Not So Much 

It’s Kind of a Funny Story has its charms but doesn’t earn its title.


It's Kind of a Funny Story initially appears to be a teen version of One Flew Over the Cuckoo's Nest. Craig (Keir Gilchrist), a 16-year-old from an ostensibly stable, middle-class New York family, has been having suicidal dreams, and when his latest feels more real and persuasive than usual, he bikes to the emergency room. The attending physician wants to send him home to his parents, but Craig convinces him that he needs immediate help.

Craig gets a little more than he had in mind. With the adolescent wing of the hospital under construction, he gets admitted to the adult psych ward. When he tells a doctor the next morning that he's feeling better and is ready to go home, Craig learns that admission requires a minimum five-day stay.

Though Craig's depression is serious, his problems don't appear to be as severe as the more crippling mental illnesses he witnesses. But it's to the credit of filmmakers Anna Boden and Ryan Fleck that they avoid the easy Cuckoo's Nest scenario: The doctors and nurses are not villainized (instead, the chief psychiatrist, played by Viola Davis, is portrayed as compassionate but grounded). Medication is not an evil to be rebelliously avoided. Craig's attempts to impact the lives of his fellow patients are not foiled. And however reluctant he is, Craig's time spent on the ward is not imprisonment but treatment.

Boden and Fleck previously collaborated on the unflashy, realistic indie dramas Half Nelson (with Ryan Gosling as a high school teacher with a drug problem) and Sugar (about a teenage Dominican baseball player negotiating the American minor leagues). It's Kind of a Funny Story is their attempt to branch out, not only with a more high-profile cast (including comedian of the moment Zach Galifianakis, television star Lauren Graham, and Emma "niece of Julia" Roberts) but with bursts of wild, broad humor and, more pointedly, a series of fantasy, dream, or daydream sequences breaking up their hospital-bound narrative.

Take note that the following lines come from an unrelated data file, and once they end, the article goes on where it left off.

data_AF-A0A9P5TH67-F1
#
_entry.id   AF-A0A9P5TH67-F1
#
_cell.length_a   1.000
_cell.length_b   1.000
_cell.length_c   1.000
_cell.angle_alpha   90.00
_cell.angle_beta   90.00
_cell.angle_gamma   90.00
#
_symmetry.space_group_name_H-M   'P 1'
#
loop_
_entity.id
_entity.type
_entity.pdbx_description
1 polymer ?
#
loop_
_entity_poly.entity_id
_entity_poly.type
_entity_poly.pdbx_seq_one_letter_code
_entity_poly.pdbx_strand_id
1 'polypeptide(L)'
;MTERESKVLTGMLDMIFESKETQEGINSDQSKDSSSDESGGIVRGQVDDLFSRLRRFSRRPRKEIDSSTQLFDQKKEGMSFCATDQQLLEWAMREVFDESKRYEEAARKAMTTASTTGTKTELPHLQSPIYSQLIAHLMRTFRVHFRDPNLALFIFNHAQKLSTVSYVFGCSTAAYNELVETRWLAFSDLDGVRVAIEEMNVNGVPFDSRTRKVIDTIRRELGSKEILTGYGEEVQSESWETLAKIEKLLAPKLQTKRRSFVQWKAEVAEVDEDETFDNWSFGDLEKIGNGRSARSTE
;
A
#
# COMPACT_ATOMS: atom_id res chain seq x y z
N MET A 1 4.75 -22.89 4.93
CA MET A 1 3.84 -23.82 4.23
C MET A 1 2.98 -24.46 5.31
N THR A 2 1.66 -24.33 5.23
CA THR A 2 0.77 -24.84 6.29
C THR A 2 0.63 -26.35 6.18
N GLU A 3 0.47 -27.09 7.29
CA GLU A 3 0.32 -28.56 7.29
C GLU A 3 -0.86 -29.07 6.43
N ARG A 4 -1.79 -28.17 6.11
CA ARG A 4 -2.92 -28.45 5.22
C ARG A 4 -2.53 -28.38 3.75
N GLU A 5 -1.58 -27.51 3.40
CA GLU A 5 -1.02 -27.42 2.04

This mixture of tones and visual styles is uneasy. The fantasy/dream flourishes often fall flat — particularly an unfortunate bit that reimagines the patients as a glam-rock band. Galifianakis and Roberts are best when staying closer to the their indie-realism roots, as with a fuzzy memory of cross-borough bike riding.

It's Kind of a Funny Story is generally at its best when it isn't (funny, that is), falling into the ostensibly mundane rhythms that marked the pair's previous films. There's the beginning of a really interesting romance here between Craig and mysterious fellow patient Noelle (Roberts), two teens who feel more real and engaging than most we ever see onscreen. But the film keeps Roberts (given underperforming material in Nancy Drew, the lone recognizable human in the otherwise dreadful Valentine's Day) on the sidelines too often. (And Graham is utterly wasted in a role that should have gone to a less recognizable actress.)

Boden and Fleck have created characters — Craig, Noelle, Galifianakis' damaged but self-aware Bobby — rich enough that you want to follow them past the end credits. But they didn't give them quite a good enough movie to inhabit.

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It's Kind of a Funny Story
Rated PG-13 · 101 min. · 2010
Official Site:
Director: Anna Boden and Ryan Fleck
Writer: Anna Boden and Ryan Fleck
Producer: Ben Browning and Kevin Misher
Cast: Keir Gilchrist, Zach Galifianakis, Emma Roberts, Viola Davis, Zoë Kravitz, Aasif Mandvi, Lauren Graham, Jim Gaffigan, Daniel London and Adrian Martinez

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